Keywords: Constitutions; Decentralization; Federalism; Grants; Political Bargaining
    JEL: D23 D78 H21 H77
    Date: 2009–03
  16. By: CAULIER, Jean-Franois; MAULEON, Ana (UniversitŽ catholique de Louvain (UCL). Center for Operations Research and Econometrics (CORE)); VANNETELBOSCH, Vincent (UniversitŽ catholique de Louvain (UCL). Center for Operations Research and Econometrics (CORE))
    Abstract: We develop a theoretical framework that allows us to study which bilateral links and coalition structures are going to emerge at equilibrium. We define the notion of coalitional network to represent a network and a coalition structure, where the network specifies the nature of the relationship each individual has with his coalition members and with individuals outside his coalition. To predict the coalitional networks that are going to emerge at equilibrium we propose the concept of contractual stability which requires that any change made to the coalitional network needs the consent of both the deviating players and their original coalition partners. We show that there always exists a contractually stable coalitional network under the simple majority decision rule and the component-wise egalitarian or majoritarian allocation rules. Moreover, requiring the consent of group members may help to reconcile stability and efficiency.
    Keywords: networks, coalition structures, contractual stability, allocation rules.
    JEL: A14 C70
    Date: 2008–12
  17. By: Noussair, C.N.; Tan, F. (Tilburg University, Center for Economic Research)
    Abstract: We consider a voluntary contributions game, in which players may punish others after contributions are made and observed. The productivity of contributions, as captured in the marginal-per-capita return, differs among individuals, so that there are two types: high and low productivity. Every two or eight periods, depending on the treatment, individuals vote on a punishment regime, in which certain individuals are permitted, but not required, to have punishment directed toward them. The punishment system can condition on type and contribution history. The results indicate that the most effective regime, in terms of contributions and earnings, is one that allows punishment of low contributors only, regardless of productivity. Nevertheless, only a minority of sessions converge to this system, indicating a tendency for the voting process to lead to suboptimal institutional choice.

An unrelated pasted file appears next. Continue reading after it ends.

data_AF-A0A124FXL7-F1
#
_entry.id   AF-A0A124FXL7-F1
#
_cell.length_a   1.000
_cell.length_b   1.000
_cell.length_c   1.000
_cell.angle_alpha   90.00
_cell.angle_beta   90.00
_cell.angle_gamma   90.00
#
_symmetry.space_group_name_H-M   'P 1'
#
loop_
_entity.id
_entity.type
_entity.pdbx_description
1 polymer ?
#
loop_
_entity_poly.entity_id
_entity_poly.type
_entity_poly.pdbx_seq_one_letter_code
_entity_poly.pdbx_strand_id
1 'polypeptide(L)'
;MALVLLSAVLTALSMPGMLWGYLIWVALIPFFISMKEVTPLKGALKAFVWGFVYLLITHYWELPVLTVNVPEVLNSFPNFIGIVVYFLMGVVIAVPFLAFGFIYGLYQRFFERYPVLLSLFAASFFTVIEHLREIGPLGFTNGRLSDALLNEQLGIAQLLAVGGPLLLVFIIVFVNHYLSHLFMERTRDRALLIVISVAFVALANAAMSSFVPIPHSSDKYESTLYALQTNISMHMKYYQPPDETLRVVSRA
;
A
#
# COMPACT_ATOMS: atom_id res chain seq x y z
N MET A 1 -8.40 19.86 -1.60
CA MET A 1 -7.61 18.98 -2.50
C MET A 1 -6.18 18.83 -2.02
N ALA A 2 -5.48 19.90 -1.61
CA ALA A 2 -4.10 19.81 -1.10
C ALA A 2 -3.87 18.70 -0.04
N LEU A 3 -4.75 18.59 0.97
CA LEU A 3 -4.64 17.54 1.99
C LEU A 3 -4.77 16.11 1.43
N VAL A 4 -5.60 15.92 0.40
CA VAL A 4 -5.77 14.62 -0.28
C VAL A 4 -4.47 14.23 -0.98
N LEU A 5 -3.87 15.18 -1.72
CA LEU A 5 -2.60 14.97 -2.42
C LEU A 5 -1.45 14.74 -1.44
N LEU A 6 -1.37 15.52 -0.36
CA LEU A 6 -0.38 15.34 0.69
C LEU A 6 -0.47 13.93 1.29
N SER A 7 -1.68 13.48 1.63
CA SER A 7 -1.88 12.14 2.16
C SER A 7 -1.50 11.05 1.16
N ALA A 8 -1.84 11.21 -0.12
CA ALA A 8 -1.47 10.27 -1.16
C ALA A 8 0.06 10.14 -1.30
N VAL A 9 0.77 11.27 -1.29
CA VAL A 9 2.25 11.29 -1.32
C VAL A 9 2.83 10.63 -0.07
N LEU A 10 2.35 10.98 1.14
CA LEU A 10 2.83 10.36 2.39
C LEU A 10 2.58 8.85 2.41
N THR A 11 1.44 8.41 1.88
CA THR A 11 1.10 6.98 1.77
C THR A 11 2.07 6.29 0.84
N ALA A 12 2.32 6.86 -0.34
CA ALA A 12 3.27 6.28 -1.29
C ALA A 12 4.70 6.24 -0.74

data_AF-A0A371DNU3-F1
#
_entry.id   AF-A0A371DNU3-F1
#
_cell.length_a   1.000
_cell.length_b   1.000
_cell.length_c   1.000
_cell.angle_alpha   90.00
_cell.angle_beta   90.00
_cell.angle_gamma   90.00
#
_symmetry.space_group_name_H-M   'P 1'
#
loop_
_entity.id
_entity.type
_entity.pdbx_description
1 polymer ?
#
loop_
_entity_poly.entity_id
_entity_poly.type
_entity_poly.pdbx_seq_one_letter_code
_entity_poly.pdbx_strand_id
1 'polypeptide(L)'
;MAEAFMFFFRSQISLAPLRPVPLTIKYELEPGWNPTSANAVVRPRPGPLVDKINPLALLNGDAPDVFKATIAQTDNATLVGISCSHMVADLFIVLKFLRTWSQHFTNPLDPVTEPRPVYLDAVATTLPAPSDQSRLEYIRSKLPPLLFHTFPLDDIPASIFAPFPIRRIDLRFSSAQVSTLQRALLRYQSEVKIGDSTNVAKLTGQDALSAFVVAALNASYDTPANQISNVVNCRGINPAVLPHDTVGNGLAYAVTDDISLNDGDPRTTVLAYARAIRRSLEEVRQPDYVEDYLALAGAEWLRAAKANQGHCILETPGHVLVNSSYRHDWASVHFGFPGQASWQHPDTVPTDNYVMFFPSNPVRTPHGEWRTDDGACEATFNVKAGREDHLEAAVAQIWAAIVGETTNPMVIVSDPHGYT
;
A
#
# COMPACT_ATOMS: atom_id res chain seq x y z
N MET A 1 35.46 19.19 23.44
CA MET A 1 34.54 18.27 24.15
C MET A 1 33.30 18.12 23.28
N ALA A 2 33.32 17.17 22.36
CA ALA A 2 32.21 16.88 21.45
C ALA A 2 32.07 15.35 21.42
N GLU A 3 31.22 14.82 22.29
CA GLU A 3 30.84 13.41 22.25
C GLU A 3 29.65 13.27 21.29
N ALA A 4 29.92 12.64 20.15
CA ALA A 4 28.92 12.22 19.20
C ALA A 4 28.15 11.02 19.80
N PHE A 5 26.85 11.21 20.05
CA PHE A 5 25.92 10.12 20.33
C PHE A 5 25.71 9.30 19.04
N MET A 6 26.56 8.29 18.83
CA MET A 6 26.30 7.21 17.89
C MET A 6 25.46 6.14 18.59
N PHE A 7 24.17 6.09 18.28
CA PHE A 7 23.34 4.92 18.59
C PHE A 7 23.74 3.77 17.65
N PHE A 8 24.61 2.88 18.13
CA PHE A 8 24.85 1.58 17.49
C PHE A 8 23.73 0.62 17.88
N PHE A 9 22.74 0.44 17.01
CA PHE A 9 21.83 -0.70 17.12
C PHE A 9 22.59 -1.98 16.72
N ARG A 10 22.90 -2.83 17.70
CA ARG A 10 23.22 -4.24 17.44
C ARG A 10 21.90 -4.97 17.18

Keywords: Voting;Punishment;Voluntary Contributions;Heterogeneity;Experiment
    JEL: C92 D74 H41
    Date: 2009

General information on the NEP project can be found at For comments please write to the director of NEP, Marco Novarese at <>. Put “NEP” in the subject, otherwise your mail may be rejected.
NEP’s infrastructure is sponsored by the School of Economics and Finance of Massey University in New Zealand.